ok so i got the book (its amazing and you can get it here amazon.com/Christian-Prayer-The-Liturgy-Hours/dp/0899424066/ref=sr_1_1?ie=UTF8&qid=1360098457&sr=8-1&keywords=christian+prayer ) so i have it and am not sure where to start. help!
There should actually be a section in the book that tells you how to use it, when i first bought the book, i would also use divineoffice.org/ to compare with to see if i was using the book right, God bless (:
it is exciting that you are wanting to pray this. let me explain as someone who prays the liturgy of the hours daily how to do it.
in the Church there are 7 hours Lauds (Morning prayer), 3 hours of Daytime prayer (I think its called mattens), Vespers (Evening Prayer), Compline (Night Prayer), Office of Reading.
while you don’t have to follow these times this is I think the times early communties prayed it and it was based on
6am was usually Lauds
9am was midmorning prayer
12pm was midday
3pm was midafternoon
6pm was evening prayer
9pm was Night prayer
they also sometimes had a thing called vigils but thisn’t a part of the currently the part of the Liturgy of the Hours. Now please notice you don’t have to pray the hours at these times and you really could be fine just doing at the times which work best for you. But I highly suggest you do morning prayer in the morning day time around the time they are perscribed for, and evening prayer any time after you can first have a vigil mass. 4pm in many diocese. Night prayer when the sun is down.
The way I do it is at these times
6:30am I do office of readings (this can be done at any time)
7:30am I do lauds with my brother seminarians
11:00am or so I do day time prayer midday usually
6pm/5:30pm (depending on the day) I do vespers with my brother seminarians
7pm I do compline with my brother seminarians.
I would suggest starting with just morning and evening prayer.
now to the actual saying of the prayers.
at your first our you do what you would call the invitory. In the one volume you find this directly before morning prayer. You say the antiphon and the invitory psalm which can be found in the ordinary or on one of the loose sheets.
the invitory starts with “lord open my lips, and my mouth shall declare your praise”
for morning prayer if it starts with the invititory you don’t say God come to my assistence.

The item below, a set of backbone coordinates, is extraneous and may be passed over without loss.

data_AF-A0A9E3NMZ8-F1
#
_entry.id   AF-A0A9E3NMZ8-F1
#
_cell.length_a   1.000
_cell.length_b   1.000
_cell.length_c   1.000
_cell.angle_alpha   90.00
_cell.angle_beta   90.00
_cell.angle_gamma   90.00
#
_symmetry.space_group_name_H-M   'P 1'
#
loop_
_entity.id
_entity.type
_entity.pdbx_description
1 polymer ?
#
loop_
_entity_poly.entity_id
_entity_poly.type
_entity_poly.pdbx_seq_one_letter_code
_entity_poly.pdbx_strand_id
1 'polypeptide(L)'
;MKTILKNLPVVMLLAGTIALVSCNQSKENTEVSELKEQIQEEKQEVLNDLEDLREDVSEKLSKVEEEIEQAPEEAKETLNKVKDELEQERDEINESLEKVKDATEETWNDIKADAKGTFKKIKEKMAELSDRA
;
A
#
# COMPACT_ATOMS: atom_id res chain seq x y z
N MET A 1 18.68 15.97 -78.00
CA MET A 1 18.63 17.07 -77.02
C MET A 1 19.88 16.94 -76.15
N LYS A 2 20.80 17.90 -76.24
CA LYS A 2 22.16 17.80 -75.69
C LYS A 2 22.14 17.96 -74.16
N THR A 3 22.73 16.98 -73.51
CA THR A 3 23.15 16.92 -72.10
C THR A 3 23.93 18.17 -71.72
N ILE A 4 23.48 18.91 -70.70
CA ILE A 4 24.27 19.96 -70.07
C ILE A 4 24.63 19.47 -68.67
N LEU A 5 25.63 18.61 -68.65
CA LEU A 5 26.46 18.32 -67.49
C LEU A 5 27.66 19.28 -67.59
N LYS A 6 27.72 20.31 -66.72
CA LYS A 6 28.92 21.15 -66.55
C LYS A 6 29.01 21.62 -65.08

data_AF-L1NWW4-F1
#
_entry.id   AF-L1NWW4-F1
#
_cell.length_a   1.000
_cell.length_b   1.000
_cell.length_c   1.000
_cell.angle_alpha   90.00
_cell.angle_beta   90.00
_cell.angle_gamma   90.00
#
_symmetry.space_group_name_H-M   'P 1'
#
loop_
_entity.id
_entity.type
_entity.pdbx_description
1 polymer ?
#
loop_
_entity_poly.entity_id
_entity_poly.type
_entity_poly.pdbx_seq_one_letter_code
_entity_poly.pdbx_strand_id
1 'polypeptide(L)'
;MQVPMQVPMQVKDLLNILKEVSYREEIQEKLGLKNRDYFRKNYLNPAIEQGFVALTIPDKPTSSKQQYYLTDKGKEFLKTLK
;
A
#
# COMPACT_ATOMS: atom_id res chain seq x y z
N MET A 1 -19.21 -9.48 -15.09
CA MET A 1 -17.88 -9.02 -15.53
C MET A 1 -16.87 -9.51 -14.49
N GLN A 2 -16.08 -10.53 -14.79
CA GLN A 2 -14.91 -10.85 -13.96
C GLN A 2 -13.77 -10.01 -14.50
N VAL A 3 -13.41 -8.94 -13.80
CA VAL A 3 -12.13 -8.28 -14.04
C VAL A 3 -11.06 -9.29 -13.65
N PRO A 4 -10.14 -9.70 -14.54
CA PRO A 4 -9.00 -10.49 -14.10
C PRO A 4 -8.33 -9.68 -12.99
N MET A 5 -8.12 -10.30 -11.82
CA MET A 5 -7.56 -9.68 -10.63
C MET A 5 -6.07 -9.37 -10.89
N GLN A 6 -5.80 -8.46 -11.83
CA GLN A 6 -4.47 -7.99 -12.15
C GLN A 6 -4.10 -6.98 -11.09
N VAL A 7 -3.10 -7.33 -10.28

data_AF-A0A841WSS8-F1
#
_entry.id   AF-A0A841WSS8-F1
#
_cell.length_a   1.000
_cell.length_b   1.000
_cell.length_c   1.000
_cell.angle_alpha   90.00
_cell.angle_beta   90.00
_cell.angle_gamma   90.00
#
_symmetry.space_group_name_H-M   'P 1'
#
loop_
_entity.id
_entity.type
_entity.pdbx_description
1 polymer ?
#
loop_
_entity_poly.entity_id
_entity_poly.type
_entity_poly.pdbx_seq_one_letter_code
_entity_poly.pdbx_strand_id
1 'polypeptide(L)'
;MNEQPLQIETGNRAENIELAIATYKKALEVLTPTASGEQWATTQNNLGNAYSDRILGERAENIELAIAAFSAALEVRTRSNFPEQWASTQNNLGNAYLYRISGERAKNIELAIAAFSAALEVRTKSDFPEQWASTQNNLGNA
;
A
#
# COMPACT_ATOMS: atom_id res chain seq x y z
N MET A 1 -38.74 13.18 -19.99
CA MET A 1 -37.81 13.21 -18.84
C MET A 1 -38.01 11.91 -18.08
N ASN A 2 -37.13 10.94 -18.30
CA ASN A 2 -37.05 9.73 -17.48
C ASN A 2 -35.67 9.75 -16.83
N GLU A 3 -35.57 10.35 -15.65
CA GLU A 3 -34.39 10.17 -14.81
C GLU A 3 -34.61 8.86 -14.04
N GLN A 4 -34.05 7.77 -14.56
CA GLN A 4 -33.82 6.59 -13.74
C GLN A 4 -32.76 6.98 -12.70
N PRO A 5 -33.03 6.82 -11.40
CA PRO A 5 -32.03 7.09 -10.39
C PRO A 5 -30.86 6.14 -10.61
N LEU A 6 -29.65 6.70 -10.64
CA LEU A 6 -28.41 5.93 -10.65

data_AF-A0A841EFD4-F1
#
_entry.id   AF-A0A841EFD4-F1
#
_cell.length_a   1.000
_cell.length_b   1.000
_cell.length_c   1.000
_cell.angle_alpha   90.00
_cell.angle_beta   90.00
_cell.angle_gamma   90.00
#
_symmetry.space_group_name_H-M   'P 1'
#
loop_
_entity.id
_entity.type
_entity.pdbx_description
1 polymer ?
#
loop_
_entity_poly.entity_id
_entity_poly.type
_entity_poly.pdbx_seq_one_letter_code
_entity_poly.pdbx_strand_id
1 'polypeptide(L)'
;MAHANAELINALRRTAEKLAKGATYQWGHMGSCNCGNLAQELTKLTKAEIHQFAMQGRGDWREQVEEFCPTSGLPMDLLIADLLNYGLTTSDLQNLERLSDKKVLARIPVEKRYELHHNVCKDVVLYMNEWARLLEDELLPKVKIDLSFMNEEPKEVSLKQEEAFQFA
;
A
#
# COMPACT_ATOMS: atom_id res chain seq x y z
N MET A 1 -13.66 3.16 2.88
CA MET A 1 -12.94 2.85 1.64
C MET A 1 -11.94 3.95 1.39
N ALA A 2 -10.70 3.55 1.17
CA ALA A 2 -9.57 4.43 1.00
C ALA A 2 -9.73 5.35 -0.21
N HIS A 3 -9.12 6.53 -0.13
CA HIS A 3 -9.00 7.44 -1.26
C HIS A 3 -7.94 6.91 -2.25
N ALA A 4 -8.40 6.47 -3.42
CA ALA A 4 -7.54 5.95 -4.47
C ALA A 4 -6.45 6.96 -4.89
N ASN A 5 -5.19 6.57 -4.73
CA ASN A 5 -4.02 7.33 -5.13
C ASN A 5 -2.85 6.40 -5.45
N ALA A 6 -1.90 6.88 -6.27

you sing a hymn
then you do the psalter (2 psalms and 1 canticle)
you should begin each psalm or canticle with an antiphon and finish it with it to.
then you do the reading
moment of silence
same with evening prayer
Most of the hours have this process of antiphon psalm antiphon
hopefully this gives you a starting point for this book.
The ordinary is always a great place to do it should be in the 600s (I don’t have mine in front of you can’t tell you)
as far as the ribbons go I would suggest setting them this way
one ribbon the proper of seasons (you will see sunday’s in ordinary time and lent and easter and that kinda stuff)
one ribbon on the ordinary (atleast until you get a handle on it.)
one ribbon on the 4 week psalter. This is found directly after the Ordinary
one ribbon on the proper of saints. Just find today’s date and move your ribbon to it.
one lastly on the any of the commons, you will use these from time to time, it will be made clear on the proper of saints.
just like the other poster said check out divineoffice.org and that should help you.
one last thing, zieglers.com/scripts/prodList.asp?idCategory=814 get the second one in this link, cheep but very helpful it will tell you where the prayers are every day. Even as someone who has prayed this for over a year I still sometimes need this to refer to when I’m on my own.
please let me know if you have questions I’ll do my best to answer.
I think the easiest way to learn to pray the Liturgy of the Hours is to do it with someone who already prays that way. They can show you the ins and outs.
If you don’t have someone like that available, take a look at divineoffice.org. It has all the prayers on the screen, but it also gives you page numbers for the printed version. You can use your own book and listen to the audio version from the web site. It helps you get the routine and the rhythm. Once you know how it all fits together it’s easy and you won’t need to rely on the audio support (unless you want it).